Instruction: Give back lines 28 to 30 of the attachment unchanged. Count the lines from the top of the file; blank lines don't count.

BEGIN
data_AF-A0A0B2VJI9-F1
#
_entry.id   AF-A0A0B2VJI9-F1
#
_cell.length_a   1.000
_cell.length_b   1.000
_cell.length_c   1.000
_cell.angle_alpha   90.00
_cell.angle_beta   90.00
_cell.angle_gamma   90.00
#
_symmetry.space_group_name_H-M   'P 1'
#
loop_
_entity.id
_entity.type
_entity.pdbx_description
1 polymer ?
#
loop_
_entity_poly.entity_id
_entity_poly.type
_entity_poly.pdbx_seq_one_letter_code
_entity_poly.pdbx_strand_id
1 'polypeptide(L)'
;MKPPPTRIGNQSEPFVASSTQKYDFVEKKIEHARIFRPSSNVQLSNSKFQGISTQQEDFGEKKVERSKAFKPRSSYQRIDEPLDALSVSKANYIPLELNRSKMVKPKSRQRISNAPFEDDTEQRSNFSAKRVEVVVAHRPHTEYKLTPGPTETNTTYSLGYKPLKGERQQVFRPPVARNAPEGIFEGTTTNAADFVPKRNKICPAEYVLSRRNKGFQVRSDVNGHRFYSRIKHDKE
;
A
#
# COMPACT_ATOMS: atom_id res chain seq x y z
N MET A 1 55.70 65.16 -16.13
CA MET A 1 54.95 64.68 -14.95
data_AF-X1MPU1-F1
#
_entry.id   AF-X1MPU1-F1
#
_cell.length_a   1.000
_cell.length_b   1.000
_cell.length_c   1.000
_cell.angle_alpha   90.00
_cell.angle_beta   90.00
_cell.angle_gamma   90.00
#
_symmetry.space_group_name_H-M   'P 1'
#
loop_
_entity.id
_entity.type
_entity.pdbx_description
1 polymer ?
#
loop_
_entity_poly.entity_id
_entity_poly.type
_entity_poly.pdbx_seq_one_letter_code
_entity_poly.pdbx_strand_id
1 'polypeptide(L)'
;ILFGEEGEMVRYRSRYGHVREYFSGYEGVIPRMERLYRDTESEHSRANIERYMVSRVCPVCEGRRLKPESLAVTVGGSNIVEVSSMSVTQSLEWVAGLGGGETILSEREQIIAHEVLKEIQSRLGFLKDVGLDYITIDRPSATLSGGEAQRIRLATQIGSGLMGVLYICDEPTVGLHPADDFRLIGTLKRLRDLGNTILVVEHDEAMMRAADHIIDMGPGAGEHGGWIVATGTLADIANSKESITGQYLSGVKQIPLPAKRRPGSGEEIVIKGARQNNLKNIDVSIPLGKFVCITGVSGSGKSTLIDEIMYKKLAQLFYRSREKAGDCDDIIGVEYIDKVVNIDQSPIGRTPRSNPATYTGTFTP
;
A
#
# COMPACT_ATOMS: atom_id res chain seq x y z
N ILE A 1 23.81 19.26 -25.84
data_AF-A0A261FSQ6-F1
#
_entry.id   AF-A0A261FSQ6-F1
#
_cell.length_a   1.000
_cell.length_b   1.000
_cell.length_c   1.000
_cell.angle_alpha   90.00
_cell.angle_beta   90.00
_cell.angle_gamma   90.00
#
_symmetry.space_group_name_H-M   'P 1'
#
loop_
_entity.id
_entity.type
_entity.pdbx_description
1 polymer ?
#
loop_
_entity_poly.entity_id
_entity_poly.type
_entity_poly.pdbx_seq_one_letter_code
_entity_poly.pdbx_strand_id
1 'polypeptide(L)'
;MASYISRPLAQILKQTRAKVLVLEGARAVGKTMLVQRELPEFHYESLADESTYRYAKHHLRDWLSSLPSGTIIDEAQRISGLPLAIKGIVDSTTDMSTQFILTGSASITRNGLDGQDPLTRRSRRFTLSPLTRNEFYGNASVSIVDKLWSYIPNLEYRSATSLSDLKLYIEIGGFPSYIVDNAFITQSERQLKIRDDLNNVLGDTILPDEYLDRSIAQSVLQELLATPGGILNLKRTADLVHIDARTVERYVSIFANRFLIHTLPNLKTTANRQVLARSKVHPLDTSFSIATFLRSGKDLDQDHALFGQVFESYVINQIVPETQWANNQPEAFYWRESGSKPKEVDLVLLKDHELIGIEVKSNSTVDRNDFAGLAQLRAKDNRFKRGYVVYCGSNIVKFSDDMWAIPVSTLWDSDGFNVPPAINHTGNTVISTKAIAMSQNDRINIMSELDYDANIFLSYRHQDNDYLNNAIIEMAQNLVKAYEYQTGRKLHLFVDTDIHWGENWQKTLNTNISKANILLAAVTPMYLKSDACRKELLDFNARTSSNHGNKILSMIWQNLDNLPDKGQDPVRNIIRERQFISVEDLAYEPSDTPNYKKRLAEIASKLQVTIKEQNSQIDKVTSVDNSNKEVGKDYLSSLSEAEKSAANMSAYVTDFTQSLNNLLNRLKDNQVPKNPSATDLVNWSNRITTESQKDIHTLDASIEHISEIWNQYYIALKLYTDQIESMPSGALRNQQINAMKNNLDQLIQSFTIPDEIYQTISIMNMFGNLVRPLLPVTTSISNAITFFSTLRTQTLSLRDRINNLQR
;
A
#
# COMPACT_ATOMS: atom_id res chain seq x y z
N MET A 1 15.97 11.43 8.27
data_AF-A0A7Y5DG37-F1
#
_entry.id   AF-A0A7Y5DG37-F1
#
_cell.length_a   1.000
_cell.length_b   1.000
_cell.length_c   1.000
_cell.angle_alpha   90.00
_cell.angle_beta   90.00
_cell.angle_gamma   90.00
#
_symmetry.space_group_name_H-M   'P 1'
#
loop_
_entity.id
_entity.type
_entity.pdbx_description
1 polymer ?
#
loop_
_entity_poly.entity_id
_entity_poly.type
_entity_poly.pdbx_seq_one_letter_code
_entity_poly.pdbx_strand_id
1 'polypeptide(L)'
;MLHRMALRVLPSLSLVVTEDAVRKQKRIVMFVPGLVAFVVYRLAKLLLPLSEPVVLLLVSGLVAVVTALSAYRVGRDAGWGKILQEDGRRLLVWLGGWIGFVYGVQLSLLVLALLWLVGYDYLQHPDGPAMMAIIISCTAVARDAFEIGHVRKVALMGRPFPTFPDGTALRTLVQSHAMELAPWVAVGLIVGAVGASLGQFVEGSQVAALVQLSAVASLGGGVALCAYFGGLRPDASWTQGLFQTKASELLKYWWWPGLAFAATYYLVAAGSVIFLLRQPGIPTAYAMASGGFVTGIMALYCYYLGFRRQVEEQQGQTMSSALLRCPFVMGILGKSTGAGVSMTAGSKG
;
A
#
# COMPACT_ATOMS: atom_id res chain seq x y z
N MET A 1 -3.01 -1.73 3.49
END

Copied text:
A
#
# COMPACT_ATOMS: atom_id res chain seq x y z